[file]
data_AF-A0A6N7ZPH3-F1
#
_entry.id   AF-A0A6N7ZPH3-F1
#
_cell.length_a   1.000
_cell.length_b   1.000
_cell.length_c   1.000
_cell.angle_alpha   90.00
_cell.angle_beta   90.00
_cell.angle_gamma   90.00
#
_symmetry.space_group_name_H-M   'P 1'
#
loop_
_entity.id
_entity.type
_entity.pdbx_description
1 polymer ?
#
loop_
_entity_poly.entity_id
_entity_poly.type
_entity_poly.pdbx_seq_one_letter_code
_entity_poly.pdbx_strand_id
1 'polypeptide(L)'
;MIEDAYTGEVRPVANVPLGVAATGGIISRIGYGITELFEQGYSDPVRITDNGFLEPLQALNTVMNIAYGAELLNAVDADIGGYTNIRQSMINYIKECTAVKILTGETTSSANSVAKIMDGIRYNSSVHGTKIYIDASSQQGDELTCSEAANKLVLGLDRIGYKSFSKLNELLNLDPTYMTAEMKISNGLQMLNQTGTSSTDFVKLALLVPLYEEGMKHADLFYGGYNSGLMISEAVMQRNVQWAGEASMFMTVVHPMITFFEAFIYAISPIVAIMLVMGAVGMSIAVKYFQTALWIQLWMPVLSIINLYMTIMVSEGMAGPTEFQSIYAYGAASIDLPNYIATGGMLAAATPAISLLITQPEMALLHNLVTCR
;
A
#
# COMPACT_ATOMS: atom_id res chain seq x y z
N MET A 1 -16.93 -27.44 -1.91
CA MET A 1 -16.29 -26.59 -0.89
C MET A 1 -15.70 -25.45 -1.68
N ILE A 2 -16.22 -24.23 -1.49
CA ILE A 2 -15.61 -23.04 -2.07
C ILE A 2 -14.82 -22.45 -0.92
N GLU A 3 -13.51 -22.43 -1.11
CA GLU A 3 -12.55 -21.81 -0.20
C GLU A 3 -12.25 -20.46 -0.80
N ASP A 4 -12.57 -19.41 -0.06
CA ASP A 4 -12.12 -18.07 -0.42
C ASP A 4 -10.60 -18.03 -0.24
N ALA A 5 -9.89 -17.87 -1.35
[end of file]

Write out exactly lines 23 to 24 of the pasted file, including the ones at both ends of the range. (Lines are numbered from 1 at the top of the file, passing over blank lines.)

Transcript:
_entity_poly.pdbx_seq_one_letter_code
_entity_poly.pdbx_strand_id